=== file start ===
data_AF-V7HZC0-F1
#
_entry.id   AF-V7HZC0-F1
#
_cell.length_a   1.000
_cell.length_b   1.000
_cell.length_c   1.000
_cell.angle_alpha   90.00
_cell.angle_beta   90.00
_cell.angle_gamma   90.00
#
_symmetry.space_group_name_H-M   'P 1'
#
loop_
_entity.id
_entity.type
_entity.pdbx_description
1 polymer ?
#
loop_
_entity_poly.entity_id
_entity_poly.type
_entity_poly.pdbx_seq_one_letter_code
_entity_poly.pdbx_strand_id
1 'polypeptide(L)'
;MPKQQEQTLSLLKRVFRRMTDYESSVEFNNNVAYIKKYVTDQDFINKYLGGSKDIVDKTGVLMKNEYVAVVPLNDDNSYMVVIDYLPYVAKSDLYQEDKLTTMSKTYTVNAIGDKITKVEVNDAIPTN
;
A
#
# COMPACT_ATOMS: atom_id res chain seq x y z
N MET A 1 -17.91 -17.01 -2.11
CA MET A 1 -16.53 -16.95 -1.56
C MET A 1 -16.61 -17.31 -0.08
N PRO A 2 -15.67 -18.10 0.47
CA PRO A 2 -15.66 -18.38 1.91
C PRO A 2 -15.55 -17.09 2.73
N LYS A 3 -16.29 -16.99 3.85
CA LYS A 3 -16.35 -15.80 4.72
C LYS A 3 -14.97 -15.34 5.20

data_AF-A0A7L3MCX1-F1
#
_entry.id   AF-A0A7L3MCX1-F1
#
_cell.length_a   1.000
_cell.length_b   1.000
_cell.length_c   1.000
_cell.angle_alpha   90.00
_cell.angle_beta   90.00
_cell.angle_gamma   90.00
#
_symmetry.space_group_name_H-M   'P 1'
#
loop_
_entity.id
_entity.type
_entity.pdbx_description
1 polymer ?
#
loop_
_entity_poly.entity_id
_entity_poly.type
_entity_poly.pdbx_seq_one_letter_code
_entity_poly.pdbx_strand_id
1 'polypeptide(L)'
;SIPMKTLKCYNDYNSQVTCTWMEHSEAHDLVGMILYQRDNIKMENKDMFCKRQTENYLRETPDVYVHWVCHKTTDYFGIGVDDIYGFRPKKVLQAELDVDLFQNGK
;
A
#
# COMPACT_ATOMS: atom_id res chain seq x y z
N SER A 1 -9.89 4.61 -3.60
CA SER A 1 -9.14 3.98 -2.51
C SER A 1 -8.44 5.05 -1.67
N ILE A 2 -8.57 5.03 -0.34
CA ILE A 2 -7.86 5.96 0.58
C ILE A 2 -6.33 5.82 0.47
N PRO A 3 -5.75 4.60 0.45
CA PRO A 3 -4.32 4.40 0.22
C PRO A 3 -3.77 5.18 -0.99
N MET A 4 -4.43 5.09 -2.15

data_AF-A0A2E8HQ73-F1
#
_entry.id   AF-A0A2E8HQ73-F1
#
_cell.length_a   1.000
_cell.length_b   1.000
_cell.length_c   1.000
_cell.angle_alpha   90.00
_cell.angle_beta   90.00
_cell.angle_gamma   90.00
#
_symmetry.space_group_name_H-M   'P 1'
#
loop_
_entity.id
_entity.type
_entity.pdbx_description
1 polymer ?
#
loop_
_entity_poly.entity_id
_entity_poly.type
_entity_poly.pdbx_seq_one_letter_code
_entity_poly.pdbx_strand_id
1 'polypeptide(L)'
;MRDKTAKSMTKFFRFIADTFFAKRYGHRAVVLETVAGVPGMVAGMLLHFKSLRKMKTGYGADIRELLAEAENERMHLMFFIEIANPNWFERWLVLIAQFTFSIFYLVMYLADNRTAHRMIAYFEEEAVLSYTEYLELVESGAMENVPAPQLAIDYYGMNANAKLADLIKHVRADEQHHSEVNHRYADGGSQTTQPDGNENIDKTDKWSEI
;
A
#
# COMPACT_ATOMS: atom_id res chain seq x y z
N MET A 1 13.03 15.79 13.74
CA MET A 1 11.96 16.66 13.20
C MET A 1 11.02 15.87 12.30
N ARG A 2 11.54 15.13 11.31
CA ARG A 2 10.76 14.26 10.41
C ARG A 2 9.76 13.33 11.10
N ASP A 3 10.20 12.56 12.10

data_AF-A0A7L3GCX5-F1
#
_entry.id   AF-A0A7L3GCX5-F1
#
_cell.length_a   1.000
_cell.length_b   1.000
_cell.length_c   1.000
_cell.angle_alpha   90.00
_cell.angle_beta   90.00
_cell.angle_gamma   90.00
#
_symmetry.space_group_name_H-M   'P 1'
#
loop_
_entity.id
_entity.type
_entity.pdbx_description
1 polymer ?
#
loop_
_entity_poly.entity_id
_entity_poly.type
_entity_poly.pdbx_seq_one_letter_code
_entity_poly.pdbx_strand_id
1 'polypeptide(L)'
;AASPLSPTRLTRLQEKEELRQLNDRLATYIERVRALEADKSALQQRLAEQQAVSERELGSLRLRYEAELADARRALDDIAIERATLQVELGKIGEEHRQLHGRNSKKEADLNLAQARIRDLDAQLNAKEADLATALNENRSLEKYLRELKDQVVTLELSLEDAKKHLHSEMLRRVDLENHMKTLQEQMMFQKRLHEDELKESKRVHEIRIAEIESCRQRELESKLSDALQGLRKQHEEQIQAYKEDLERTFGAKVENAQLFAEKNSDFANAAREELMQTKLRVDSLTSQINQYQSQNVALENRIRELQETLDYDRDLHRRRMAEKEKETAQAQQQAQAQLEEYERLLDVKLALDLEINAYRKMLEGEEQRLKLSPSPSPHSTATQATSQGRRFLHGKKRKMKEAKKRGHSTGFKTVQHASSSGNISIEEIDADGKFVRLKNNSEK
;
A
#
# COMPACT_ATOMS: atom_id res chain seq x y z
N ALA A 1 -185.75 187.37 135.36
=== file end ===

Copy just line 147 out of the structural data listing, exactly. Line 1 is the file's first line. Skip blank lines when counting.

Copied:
N ALA A 1 -185.75 187.37 135.36